Extract from Charlotte Brontë, Jane Eyre:
My eyes were covered and closed: eddying darkness seemed to swim round me, and reflection came in as black and confused a flow. Self-abandoned, relaxed, and effortless, I seemed to have laid me down in the dried-up bed of a great river; I heard a flood loosened in remote mountains, and felt the torrent come: to rise I had no will, to flee I had no strength. I lay faint, longing to be dead. One idea only still throbbed life-like within me--a remembrance of God: it begot an unuttered prayer: these words went wandering up and down in my rayless mind, as something that should be whispered, but no energy was found to express them -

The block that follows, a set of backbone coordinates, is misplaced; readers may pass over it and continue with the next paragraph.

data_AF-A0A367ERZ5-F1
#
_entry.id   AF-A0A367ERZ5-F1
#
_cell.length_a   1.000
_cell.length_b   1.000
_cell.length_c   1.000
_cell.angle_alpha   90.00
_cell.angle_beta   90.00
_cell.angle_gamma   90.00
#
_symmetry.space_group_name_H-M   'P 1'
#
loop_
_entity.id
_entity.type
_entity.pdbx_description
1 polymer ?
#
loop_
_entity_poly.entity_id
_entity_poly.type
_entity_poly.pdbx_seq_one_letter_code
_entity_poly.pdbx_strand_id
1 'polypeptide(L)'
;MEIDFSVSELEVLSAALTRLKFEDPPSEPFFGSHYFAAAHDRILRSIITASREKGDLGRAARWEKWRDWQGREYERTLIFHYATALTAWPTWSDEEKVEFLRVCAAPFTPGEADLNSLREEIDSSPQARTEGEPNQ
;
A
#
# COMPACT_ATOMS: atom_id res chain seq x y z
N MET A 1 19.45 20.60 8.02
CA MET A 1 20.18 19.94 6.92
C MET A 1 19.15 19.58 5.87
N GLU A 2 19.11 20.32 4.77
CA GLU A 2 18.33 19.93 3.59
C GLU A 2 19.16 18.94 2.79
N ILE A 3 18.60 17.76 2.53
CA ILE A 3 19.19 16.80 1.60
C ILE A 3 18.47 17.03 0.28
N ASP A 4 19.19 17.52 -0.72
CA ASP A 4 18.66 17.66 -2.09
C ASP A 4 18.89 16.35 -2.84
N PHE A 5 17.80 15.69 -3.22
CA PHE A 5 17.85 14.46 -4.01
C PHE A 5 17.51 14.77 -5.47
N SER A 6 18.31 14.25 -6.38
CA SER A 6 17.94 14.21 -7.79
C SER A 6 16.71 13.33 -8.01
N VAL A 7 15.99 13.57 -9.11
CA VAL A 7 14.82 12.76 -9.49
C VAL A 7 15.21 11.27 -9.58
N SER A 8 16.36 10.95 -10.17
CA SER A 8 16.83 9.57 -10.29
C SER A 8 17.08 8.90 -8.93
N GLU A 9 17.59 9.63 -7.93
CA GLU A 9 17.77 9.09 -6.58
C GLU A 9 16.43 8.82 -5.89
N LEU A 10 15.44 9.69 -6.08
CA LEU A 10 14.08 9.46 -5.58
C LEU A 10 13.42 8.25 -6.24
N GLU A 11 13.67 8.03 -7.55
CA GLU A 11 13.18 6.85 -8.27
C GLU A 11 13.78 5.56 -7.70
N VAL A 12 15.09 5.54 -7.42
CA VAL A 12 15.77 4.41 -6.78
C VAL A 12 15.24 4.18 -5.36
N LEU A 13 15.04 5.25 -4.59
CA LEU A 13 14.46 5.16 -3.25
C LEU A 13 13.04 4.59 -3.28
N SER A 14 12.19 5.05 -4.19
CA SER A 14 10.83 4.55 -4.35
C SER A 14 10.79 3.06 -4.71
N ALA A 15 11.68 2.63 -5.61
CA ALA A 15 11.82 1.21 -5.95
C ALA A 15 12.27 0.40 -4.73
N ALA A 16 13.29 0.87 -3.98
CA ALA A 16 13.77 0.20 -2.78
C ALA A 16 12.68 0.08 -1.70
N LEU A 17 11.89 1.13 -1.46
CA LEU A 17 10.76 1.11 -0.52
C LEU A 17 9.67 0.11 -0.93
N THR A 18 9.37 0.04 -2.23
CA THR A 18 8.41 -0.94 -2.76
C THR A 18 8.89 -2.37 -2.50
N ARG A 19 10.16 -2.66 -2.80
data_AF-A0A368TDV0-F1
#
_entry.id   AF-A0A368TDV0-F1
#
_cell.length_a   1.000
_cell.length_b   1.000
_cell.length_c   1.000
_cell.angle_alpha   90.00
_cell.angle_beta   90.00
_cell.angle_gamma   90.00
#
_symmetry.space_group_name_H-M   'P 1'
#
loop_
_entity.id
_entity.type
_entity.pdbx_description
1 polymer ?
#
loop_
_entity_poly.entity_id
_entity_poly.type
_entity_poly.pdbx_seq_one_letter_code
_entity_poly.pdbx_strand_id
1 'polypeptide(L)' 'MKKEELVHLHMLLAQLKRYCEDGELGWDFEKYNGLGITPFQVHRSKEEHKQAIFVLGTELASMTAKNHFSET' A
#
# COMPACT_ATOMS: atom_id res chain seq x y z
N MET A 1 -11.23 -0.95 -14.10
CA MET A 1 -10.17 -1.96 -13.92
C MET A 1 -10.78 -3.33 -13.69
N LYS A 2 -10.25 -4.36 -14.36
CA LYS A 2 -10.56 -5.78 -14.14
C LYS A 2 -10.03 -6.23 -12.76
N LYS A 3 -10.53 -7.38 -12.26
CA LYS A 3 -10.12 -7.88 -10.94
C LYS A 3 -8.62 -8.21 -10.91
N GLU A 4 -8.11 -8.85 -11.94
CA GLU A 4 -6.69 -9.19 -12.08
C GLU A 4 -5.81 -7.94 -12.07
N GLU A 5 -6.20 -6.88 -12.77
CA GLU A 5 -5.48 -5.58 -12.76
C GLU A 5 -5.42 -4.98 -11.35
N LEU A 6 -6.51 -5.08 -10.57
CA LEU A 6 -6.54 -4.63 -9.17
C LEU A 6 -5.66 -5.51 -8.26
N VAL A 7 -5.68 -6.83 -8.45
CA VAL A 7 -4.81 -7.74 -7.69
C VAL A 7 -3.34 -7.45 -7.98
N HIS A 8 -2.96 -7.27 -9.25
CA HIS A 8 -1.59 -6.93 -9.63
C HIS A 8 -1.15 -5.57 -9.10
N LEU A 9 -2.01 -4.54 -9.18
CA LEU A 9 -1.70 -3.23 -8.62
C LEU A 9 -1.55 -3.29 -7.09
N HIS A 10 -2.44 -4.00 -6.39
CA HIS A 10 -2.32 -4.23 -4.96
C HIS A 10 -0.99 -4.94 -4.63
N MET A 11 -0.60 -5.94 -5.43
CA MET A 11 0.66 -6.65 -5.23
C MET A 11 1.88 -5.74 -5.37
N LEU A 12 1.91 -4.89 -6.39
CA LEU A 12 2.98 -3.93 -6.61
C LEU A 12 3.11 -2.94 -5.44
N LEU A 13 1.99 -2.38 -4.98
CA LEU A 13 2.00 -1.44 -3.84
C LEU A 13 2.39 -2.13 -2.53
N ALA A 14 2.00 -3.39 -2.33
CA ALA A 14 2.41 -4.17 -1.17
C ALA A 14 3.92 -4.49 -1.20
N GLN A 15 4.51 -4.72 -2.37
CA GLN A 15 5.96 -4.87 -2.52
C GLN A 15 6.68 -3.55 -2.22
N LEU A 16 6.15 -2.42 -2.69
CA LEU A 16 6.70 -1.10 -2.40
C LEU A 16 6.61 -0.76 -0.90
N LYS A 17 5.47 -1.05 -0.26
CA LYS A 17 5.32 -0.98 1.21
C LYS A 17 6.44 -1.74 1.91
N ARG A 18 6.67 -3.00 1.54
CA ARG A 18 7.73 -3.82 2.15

"Be not far from me, for trouble is near: there is none to help."
It was near: and as I had lifted no petition to Heaven to avert it- as I had neither joined my hands, nor bent my knees, nor moved my lips--it came: in full heavy swing the torrent poured over me. The whole consciousness of my life lorn, my love lost, my hope quenched, my faith death-struck, swayed full and mighty above me in one sullen mass. That bitter hour cannot be described: in truth, "the waters came into my soul; I sank in deep mire: I felt no standing; I came into deep waters; the floods overflowed me."